The Hyksos were actually the bad guys. So no wonder the atheist and agnostic theorists are so eager to sell the Judaeo-Christian world on the Hyksos-Hebrew ID and to identify MBA Avaris with the Rameses of the sojourn. It fits in very well with literary-critical views of the Bible as semi-fictional lying Jewish propaganda.

      25:00 Simcha connects the Santorini eruption with the exodus. Again this involves wild dating assumptions. By this event, he attempts to explain the 10 plagues, including the 10th plague, the death of the firstborn.

      52:00 He has a “Reed Sea” crossing in the Ballah Lakes in the northern isthmus. Simcha again does not make any kind of proper argument, but just states his position and then uses footage from his trip(s) to illustrate whatever he wants. This showy movie with its shallow commentary is a kind of mental chewing gum.

      59:00 So he buys into James Hoffmeier’s northern isthmus crossing. But Simcha has the Santorini eruption somehow involved… a tsunami across the Mediterranean. Such theories barely use the biblical descriptions of any events; they don’t seem to mind that the account of the Red Sea crossing doesn’t describe a tsunami. They ignore the primary role of the wind. They can’t explain the ‘walls’, or the bogging of the chariot wheels, and don’t even try.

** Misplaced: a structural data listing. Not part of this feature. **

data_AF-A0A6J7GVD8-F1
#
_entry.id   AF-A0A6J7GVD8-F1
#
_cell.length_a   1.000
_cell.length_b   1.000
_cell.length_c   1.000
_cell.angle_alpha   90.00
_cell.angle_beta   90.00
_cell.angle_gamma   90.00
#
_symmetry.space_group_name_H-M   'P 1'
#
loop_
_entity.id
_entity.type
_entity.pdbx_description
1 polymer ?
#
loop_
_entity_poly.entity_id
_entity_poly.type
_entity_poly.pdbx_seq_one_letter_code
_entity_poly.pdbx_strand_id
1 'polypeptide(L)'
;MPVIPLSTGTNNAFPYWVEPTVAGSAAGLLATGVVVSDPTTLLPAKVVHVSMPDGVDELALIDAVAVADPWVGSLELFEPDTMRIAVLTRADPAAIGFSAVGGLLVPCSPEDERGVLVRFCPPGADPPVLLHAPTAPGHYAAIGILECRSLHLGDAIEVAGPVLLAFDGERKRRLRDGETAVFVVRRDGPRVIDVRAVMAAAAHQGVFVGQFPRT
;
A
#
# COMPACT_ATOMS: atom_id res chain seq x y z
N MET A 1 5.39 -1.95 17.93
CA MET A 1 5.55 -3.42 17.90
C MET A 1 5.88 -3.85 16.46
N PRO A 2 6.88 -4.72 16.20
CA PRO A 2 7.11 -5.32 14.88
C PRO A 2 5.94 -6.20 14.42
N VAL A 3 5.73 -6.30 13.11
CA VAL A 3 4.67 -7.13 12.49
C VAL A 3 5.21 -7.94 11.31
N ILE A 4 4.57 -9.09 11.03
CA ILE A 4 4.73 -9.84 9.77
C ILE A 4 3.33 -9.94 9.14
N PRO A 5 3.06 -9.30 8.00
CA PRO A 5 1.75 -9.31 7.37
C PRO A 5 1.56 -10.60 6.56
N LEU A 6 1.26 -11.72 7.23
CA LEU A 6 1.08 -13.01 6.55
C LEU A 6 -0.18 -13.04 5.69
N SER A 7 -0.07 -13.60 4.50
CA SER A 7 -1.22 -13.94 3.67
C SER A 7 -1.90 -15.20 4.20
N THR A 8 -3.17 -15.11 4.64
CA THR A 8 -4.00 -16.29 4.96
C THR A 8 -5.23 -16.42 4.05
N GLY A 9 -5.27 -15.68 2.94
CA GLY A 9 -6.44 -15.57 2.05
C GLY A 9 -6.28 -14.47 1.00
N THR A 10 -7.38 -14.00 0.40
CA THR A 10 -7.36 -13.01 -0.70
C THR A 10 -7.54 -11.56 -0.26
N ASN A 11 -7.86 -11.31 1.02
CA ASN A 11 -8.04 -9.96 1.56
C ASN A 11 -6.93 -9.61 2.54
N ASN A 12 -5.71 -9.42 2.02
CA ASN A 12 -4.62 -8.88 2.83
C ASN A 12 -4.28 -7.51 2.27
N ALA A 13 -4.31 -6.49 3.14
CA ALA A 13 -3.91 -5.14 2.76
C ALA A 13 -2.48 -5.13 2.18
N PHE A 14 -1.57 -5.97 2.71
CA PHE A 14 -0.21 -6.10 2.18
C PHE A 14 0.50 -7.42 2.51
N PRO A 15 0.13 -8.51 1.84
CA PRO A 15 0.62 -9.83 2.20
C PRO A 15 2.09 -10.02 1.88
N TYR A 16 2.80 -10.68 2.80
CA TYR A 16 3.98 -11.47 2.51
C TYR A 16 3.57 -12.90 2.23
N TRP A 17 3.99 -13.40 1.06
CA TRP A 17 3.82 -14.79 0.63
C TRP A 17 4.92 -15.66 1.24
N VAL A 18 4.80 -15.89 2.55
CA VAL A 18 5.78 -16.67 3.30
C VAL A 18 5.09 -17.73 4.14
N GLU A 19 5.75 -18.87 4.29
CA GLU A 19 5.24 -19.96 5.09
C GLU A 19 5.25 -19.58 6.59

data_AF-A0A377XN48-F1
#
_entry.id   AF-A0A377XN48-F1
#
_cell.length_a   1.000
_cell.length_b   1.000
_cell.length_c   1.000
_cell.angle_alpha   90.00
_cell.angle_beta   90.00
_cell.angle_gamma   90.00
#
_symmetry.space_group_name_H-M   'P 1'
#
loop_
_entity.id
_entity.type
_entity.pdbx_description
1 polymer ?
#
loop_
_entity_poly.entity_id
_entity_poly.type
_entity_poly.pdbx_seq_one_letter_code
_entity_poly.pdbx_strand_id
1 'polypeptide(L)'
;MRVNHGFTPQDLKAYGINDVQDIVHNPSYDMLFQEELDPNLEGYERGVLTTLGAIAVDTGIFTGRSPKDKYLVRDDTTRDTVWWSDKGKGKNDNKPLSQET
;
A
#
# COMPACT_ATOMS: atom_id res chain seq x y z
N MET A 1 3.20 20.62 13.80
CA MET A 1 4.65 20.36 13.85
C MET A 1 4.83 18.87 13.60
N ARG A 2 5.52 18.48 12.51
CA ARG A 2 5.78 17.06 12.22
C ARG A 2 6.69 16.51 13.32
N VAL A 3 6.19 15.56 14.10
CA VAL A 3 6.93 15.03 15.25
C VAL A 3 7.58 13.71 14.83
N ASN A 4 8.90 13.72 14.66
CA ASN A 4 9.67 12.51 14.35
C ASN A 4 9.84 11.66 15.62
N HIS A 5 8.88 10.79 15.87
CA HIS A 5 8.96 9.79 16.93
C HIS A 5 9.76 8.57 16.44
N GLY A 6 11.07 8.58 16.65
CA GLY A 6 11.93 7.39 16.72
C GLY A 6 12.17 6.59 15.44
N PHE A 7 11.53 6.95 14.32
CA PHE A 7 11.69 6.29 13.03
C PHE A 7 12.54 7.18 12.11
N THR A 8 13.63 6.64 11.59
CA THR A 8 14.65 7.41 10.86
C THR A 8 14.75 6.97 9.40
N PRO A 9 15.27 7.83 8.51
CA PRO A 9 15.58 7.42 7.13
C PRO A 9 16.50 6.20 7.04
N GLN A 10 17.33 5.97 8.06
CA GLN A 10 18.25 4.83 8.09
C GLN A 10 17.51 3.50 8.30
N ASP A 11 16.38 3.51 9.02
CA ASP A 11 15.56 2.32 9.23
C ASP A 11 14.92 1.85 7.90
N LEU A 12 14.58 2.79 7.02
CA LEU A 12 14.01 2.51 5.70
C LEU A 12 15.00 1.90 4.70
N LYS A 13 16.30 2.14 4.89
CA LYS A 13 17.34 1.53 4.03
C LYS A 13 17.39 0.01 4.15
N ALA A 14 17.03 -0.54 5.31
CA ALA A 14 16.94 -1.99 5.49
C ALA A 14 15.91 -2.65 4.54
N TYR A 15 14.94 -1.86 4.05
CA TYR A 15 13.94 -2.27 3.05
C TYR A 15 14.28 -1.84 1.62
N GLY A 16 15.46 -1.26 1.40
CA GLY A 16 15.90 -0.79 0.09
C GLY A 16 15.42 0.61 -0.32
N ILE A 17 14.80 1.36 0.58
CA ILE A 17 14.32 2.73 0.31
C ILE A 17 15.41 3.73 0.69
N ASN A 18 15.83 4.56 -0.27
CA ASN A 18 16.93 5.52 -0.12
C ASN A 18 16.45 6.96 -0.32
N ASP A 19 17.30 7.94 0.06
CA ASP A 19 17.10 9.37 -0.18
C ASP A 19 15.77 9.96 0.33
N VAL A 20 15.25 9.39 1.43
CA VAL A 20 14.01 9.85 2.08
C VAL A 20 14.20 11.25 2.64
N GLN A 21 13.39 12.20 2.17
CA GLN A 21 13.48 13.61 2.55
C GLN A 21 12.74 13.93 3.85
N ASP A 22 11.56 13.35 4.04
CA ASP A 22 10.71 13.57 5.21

1:00:00 So here he has jumped the shark (in the Med Sea)! He is looking for the Hebrews in Greece. He says the Red Sea crossing is depicted on Mycenean tombstones. This is all really woo-woo stuff.

      1:10:00 He identifies Mount Sinai in the eastern Sinai, Hashem el-Tarif. His argument is based on the ’11’ days vector of Deut 1:2. This text is an issue for all the Sinai candidates… any mountain closer than 11 days from Kadesh at Ayn al Qudayrat is discounted. But if the 11-days text has been wrongly read and in fact the 11 days apply between the place where Moses spoke to all Israel (in the Plains of Moab, v. 1) and (Mount) Horeb via Kadesh-barnea as I have explained elsewhere on this forum (v. 2), then this requirement is reframed.

      1:15:00 He has Elim in the right place. But he takes the other coordinate from Timna (which he arbitrarily IDs with Midian). So he swings three vectors and comes up with a mountain at their intersection between Elim, Kadesh, and Petra. Hashem el-Tarif has not had any impact on the Mount Sinai debate. Simcha has done no itinerary work other than to mention the 11 days. People can’t just keep throwing up Sinai candidates without doing the geographical work. The geographical data of the Pentateuch is the prime testing ground for any would-be Mount Sinai-Horeb. It actually doesn’t matter what features a mountain has: if it doesn’t solve the problems of the wilderness itineraries, it cannot be Mount Sinai.